The weeks since Ed Miliband’s thrashing at the polls have seen a whittling down of potential leaders from six (mostly) Blairite hopefuls to a mere four – plus, er, Jeremy Corbyn.
With the departure of Mary Creagh, who will announce in Saturday’s Guardian the groundbreaking news she won’t be succeeding Red Ed, the field has narrowed even further, the previous two quitters being Tristram Hunt (who quit when he realised he was called Tristram) and Chuka Umunna (who somehow failed to notice that the Tory press can get a bit nosy about the private lives of Labour politicians).
The move leaves former health secretary Andy Burnham facing former work and pensions secretary Yvette Cooper and the MP Liz Kendall, but only goes to reinforce how much the Blairite analysis of the general election has dominated the debate over Labour’s future.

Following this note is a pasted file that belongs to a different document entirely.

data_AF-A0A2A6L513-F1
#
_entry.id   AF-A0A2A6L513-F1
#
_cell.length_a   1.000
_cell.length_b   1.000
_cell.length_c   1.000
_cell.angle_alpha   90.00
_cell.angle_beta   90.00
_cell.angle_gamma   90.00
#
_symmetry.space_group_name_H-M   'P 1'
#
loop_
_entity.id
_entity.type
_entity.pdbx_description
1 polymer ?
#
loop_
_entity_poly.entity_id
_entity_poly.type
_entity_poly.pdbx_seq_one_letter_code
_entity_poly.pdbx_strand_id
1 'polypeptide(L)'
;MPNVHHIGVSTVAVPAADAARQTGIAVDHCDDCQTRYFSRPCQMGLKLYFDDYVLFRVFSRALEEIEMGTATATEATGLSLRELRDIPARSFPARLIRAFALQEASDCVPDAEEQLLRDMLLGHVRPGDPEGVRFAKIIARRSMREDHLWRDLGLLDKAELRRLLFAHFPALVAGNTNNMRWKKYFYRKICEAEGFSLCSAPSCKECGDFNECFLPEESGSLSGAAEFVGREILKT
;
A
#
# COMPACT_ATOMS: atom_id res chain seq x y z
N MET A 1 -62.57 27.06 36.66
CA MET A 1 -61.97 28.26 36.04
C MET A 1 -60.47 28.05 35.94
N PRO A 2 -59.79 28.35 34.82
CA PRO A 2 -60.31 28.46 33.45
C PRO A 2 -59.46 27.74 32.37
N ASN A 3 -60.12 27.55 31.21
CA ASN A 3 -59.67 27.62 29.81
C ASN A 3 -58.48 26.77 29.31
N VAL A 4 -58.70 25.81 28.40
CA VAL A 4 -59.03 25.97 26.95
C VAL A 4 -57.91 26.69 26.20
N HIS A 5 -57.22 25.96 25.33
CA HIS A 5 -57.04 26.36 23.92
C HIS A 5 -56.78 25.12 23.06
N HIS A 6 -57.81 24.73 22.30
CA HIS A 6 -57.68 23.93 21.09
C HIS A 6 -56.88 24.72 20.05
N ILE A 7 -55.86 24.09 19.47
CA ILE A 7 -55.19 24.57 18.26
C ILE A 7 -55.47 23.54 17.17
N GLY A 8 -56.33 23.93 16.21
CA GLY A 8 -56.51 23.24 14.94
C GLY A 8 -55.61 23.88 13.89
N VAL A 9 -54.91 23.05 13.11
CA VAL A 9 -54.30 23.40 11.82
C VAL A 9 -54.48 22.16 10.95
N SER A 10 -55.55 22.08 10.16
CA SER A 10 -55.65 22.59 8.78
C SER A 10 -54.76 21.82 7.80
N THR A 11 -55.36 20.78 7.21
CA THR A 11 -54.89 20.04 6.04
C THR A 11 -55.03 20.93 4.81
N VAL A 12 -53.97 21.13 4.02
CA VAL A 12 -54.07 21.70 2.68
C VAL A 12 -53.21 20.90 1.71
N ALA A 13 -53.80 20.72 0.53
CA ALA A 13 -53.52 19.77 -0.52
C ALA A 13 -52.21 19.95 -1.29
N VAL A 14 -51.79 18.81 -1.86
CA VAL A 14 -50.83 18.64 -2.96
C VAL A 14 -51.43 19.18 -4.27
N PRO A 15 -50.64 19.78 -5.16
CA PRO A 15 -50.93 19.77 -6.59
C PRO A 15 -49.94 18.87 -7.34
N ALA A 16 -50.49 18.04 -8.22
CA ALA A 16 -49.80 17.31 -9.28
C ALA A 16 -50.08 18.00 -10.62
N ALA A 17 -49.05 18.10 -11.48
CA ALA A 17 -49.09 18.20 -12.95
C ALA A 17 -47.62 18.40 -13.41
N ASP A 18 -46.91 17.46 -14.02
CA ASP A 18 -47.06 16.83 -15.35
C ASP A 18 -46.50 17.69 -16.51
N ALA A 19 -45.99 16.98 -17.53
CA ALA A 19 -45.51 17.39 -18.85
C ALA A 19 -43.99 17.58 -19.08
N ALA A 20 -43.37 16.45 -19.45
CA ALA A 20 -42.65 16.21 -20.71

Creagh’s piece for the Grauniad is worth reading in full, but for the lazy the key passage is here:
Labour must want big business to succeed – it’s where many of the jobs are – but pay and conditions must be fair. And Labour must want small business to succeed: it’s where innovation and creative thinking take place. All big businesses started out small. But dividing them into “producers” or “predators” alienates businesses, large and small.
Elsewhere in the piece Creagh rambles on about inequality and Labour’s rather churlish flip in favour of the inevitable EU referendum. Unfortunately for the likes of Corbyn the bleating about “aspiration”, or to use Creagh’s lame coinage “bootstrap Britain” has now drowned out any other concerns in the allegedly centre-left party.
Header Image – Mary Creagh in Parliament by Shlurder